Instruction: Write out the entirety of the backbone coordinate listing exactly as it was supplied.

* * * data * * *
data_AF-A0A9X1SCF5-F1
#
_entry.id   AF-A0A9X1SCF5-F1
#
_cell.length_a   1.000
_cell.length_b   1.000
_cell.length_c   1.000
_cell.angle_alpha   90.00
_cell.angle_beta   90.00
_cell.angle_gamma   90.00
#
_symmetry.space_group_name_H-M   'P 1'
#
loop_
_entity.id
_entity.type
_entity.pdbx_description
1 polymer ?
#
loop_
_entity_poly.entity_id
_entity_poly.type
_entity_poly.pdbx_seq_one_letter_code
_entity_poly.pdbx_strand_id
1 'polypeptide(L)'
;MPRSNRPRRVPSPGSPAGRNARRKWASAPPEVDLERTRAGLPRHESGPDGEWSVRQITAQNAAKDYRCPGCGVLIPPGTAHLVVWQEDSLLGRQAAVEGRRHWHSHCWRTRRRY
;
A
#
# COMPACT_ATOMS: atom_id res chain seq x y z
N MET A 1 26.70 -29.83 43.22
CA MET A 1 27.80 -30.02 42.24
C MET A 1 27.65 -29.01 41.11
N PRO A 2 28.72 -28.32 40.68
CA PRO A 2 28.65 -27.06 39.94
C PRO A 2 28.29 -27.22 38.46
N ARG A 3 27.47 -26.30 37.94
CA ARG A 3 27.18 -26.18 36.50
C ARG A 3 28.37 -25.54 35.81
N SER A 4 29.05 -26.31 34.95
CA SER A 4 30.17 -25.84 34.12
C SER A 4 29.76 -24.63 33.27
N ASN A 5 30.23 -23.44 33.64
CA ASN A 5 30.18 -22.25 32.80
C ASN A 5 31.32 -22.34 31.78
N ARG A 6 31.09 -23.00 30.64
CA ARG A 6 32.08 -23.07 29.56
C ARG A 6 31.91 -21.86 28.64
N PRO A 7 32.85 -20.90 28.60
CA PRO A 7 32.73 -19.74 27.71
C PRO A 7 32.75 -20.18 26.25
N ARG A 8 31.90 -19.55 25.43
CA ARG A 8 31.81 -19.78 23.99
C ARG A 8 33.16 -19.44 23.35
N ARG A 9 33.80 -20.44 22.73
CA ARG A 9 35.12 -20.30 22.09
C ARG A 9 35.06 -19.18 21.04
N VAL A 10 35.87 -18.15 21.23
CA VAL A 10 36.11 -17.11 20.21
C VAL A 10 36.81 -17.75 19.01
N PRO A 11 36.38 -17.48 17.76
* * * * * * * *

data_AF-A0A9X1SCF5-F1
#
_entry.id   AF-A0A9X1SCF5-F1
#
_cell.length_a   1.000
_cell.length_b   1.000
_cell.length_c   1.000
_cell.angle_alpha   90.00
_cell.angle_beta   90.00
_cell.angle_gamma   90.00
#
_symmetry.space_group_name_H-M   'P 1'
#
loop_
_entity.id
_entity.type
_entity.pdbx_description
1 polymer ?
#
loop_
_entity_poly.entity_id
_entity_poly.type
_entity_poly.pdbx_seq_one_letter_code
_entity_poly.pdbx_strand_id
1 'polypeptide(L)'
;MPRSNRPRRVPSPGSPAGRNARRKWASAPPEVDLERTRAGLPRHESGPDGEWSVRQITAQNAAKDYRCPGCGVLIPPGTAHLVVWQEDSLLGRQAAVEGRRHWHSHCWRTRRRY
;
A
#
# COMPACT_ATOMS: atom_id res chain seq x y z
N MET A 1 26.70 -29.83 43.22
CA MET A 1 27.80 -30.02 42.24
C MET A 1 27.65 -29.01 41.11
N PRO A 2 28.72 -28.32 40.68
CA PRO A 2 28.65 -27.06 39.94
C PRO A 2 28.29 -27.22 38.46
N ARG A 3 27.47 -26.30 37.94
CA ARG A 3 27.18 -26.18 36.50
C ARG A 3 28.37 -25.54 35.81
N SER A 4 29.05 -26.31 34.95
CA SER A 4 30.17 -25.84 34.12
C SER A 4 29.76 -24.63 33.27
N ASN A 5 30.23 -23.44 33.64
CA ASN A 5 30.18 -22.25 32.80
C ASN A 5 31.32 -22.34 31.78
N ARG A 6 31.09 -23.00 30.64
CA ARG A 6 32.08 -23.07 29.56
C ARG A 6 31.91 -21.86 28.64
N PRO A 7 32.85 -20.90 28.60
CA PRO A 7 32.73 -19.74 27.71
C PRO A 7 32.75 -20.18 26.25
N ARG A 8 31.90 -19.55 25.43
CA ARG A 8 31.81 -19.78 23.99
C ARG A 8 33.16 -19.44 23.35
N ARG A 9 33.80 -20.44 22.73
CA ARG A 9 35.12 -20.30 22.09
C ARG A 9 35.06 -19.18 21.04
N VAL A 10 35.87 -18.15 21.23
CA VAL A 10 36.11 -17.11 20.21
C VAL A 10 36.81 -17.75 19.01
N PRO A 11 36.38 -17.48 17.76